2001 - 2002 LEGISLATURE
March 4, 2002 - Introduced by Representatives Ladwig, Starzyk, Berceau, Bock,
Huebsch, Krawczyk, Krug, Lassa, J. Lehman, M. Lehman, McCormick, Miller,
Musser, Ott, Owens, Petrowski, Plale, Plouff, Seratti, Shilling, Sykora and
Underheim. Referred to Committee on Rules.
1Relating to: supporting a women's health platform that recognizes serious
2inequities in the health prevention and treatment of women and calls for the
3elimination of these inequities to improve the health status of women in this
Whereas, the state can increase its support for women's health and can make 6
a significant difference in improving the status of women's health; and
Whereas, women are different, metabolically, hormonally, and physiologically, 8
from men and have different patterns of health and disease, and some diseases are 9
more common in women than in men; and
Whereas, women are more likely to suffer from chronic diseases as more than 11
one in 5 women have some form of cardiovascular disease and one in 2 women will 12
have an osteoporosis-related fracture in her lifetime; and
Whereas, women are 3 times more likely to develop rheumatoid arthritis and 14
2 to 3 times more likely to suffer from depression; and
Whereas, women are less often referred for diagnostic tests and less often 2
treated for heart disease as compared to men; and
Whereas, women, if they are smokers, are 20% to 70% more likely to develop 4
lung cancer and 10 times more likely than men to contract HIV during unprotected 5
Whereas, women outnumber men 3 to one in long-term care facilities; and
Whereas, women are more likely to provide health care to family members and 8
make health care decisions, and women spend 2 of every 3 health care dollars; and
Whereas, there is abundant evidence that women are under-treated compared 10
to men; and
Whereas, there is abundant evidence that women are underrepresented in 12
women's health studies; and
Whereas, although there has been some national attention on women's health 14
care issues and legislative activity by Congress on access issues, there remains little 15
change in vitally important preventive care and treatment issues; and
Whereas, in a recent survey of voters, almost 80% of women and 60% of men 17
favored a women's health care platform that supports relevant care, relevant 18
research, and relevant education for women; and
Whereas, 9 out of 10 men and women agree that women have the right to access 20
quality treatment, the latest health care technologies, and appropriate diagnostic 21
tests; now, therefore, be it
22Resolved by the assembly, That
every state agency and state-chartered 23
institution of learning or recipient of state grants or funding shall take appropriate 24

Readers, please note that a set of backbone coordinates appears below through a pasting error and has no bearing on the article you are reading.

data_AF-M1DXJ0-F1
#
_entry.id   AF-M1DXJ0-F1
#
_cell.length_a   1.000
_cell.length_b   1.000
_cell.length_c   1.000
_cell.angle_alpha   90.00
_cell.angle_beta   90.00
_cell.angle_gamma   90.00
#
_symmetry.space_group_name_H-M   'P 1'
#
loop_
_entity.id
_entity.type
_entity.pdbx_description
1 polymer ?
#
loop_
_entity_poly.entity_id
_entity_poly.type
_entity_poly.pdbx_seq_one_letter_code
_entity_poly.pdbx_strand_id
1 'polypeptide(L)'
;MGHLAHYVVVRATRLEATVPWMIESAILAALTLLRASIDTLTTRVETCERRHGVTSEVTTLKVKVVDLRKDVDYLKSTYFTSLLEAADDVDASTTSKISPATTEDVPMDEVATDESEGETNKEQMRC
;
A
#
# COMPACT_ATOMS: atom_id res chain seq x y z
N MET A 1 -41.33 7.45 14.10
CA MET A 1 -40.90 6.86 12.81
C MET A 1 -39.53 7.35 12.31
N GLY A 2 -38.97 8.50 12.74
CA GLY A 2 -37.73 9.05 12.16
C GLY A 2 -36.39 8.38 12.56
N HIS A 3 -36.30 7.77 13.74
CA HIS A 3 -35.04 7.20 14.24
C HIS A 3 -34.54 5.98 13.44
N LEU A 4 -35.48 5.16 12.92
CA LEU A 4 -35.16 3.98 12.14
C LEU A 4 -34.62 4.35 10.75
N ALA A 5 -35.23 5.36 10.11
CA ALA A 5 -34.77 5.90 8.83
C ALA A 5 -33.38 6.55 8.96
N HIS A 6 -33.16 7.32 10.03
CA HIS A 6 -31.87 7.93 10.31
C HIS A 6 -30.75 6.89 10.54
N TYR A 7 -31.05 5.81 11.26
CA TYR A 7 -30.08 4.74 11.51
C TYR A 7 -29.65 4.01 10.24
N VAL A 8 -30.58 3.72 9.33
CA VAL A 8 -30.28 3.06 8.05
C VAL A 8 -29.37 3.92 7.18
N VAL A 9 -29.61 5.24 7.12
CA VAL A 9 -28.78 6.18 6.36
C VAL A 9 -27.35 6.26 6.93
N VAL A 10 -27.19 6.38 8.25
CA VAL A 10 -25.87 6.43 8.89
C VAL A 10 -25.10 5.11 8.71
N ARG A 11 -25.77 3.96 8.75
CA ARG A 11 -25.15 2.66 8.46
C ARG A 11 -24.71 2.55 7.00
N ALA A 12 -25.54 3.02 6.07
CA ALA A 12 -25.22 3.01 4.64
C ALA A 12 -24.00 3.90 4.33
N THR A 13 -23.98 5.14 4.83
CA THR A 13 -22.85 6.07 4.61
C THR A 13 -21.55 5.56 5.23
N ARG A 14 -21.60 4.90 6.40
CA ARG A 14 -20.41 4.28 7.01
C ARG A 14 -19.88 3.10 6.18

action to achieve improved and equal access for women to quality health care, which 25
includes all of the following:
(1) Providing women equal access to quality health care, including 2
state-of-the-art medical advances and technology.
(2) Increasing the number of women covered by comprehensive health care 4
insurance, including primary and preventive health care, for all women.
(3) Preventing serious health problems by timely diagnosis and treatment 6
(4) Promoting strategies to increase patient access to recommended diagnostic 8
and screening tests, preventive health regimens, and recommended treatments.
(5) Encouraging unhindered access to women's specialty health providers.
(6) Creating and promoting partnerships between public and private entities 11
to create programs designed to improve the scope and quality of women's health care.
(7) Improving communications between providers and patients.
(8) Expanding participation of women in clinical trials.
(9) Increasing government and private research on women's health issues and 15
the differences between men and women and how they impact quality health care.
(10) Conducting more health outcomes research to demonstrate the value of 17
women's health care interventions and preventive health measures in both the 18
long-term and short-term.
(11) Expanding medical and nursing school curricula in the area of women's 20
health and educating about gender biology.
(12) Supporting public education campaigns to increase women's awareness 22
about unique health risks, how to negotiate the complexities of today's health care 23
system, and to demand and obtain the best care available.
(13) Conducting public health campaigns via state and local departments of 2
public health with private sector partners to focus on key women's preventive health 3
(14) Urging the establishment of permanent offices of women's health within 5
state government to raise awareness of women's special health care needs and 6
advocating initiatives to address them.
(15) Fostering development and dissemination of publicly available 8
information on the quality of health care and health outcomes that improve a 9
woman's ability to choose the best women's health care plan.
(16) Expanding state screening programs targeted at lower-income women to 11
include a full range of known risk factors; and, be it further
the organization Women in Government is commended for its 13
leadership and enterprise in bringing to this state the appropriate urgency of need 14
and meaningful steps that can be taken to attain the improved and equal access for 15
women to quality health care, technologies, and treatments; education of 16
researchers about gender differences; and unhindered access to women's health 17
providers and this resolution does not request any person to take action to grant, 18
secure, or deny any right relating to abortion or the funding thereof.